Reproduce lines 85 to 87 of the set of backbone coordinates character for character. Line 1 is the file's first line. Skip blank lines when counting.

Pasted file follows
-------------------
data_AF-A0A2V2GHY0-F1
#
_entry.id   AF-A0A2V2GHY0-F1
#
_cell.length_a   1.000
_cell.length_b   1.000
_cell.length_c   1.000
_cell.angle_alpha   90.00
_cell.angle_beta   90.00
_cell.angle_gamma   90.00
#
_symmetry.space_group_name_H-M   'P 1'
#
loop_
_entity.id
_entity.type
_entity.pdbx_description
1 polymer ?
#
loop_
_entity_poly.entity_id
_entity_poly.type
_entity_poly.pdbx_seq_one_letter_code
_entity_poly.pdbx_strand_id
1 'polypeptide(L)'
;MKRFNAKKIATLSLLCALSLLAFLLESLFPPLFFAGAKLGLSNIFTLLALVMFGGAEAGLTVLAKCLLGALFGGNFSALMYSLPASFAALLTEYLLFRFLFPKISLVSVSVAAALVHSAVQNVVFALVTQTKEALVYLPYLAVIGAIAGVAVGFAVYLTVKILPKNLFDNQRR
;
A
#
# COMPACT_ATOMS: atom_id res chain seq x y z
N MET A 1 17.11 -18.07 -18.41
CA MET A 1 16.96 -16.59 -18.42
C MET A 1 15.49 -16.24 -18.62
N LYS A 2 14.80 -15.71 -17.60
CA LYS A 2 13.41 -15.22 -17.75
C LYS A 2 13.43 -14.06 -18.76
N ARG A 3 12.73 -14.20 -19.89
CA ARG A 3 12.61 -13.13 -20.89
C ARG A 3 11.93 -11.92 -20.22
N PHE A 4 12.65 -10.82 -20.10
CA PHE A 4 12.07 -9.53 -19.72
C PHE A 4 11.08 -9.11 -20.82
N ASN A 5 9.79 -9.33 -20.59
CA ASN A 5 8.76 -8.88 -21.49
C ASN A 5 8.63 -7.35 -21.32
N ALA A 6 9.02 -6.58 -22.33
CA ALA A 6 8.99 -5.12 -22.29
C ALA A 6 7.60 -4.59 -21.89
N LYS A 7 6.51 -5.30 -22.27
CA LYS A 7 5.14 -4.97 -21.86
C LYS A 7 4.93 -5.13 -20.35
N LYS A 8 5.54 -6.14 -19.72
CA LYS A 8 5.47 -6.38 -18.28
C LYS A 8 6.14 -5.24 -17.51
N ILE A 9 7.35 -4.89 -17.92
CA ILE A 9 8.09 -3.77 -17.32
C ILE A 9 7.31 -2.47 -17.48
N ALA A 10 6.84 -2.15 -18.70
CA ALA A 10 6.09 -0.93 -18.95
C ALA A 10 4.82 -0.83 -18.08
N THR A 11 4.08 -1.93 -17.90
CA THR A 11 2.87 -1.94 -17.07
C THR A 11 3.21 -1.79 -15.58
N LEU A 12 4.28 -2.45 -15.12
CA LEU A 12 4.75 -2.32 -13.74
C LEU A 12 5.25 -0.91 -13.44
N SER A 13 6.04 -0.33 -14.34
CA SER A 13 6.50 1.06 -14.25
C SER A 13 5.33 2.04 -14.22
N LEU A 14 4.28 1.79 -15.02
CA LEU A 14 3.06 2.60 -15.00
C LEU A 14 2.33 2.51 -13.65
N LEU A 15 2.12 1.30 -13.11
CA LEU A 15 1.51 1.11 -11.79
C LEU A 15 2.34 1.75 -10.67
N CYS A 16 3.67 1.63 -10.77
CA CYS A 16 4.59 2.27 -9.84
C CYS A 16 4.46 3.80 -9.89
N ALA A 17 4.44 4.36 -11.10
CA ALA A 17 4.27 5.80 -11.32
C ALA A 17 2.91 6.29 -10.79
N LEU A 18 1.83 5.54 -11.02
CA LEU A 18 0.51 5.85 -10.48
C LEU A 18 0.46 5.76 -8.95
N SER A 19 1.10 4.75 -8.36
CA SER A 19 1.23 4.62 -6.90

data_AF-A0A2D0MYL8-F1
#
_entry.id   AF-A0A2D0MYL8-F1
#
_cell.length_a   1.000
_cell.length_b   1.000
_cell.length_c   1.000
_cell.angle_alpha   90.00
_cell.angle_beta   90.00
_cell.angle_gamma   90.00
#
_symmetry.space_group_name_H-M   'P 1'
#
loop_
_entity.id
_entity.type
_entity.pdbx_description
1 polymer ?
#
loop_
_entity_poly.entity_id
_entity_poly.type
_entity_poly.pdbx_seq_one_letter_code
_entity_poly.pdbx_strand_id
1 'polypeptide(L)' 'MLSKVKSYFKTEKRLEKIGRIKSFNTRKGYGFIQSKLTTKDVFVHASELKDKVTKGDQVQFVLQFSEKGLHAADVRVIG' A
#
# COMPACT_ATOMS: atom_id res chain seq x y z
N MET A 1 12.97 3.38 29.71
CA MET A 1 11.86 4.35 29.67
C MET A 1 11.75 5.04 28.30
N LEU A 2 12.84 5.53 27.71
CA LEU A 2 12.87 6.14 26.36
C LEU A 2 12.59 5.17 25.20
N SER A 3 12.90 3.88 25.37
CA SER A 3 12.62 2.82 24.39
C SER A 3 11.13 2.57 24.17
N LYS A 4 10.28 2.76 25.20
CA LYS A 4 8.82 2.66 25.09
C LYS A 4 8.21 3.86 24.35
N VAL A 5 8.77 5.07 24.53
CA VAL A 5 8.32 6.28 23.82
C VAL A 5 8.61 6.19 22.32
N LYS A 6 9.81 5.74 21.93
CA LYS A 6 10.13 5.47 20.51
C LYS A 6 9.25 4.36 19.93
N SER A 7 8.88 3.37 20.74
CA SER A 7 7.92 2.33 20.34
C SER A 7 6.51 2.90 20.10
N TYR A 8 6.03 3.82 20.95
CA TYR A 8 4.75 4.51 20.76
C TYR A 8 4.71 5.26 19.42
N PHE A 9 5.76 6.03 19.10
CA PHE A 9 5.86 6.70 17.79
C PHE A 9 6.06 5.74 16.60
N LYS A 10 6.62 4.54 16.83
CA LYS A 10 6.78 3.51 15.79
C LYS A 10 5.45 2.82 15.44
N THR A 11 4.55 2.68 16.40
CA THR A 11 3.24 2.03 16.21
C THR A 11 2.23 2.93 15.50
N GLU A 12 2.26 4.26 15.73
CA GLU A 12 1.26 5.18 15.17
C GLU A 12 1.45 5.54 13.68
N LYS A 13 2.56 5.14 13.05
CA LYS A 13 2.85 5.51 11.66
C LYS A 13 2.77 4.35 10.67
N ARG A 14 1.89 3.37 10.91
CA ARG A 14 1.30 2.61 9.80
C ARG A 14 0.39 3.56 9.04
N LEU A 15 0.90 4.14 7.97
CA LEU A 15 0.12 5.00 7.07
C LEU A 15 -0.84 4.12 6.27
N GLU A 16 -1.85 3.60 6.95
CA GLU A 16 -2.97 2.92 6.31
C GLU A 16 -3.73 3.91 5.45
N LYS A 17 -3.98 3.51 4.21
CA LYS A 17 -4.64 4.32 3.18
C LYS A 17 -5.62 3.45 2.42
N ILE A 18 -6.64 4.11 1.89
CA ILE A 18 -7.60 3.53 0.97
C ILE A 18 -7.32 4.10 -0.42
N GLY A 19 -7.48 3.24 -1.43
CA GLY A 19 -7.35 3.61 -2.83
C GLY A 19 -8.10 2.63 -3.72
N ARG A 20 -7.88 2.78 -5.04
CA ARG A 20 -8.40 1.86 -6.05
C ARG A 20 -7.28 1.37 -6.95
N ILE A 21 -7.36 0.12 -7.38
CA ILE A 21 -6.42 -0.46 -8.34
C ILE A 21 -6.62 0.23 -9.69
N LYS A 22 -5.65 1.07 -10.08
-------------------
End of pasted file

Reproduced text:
N SER A 19 1.10 4.75 -8.36
CA SER A 19 1.23 4.62 -6.90

data_AF-A0A2D0MYL8-F1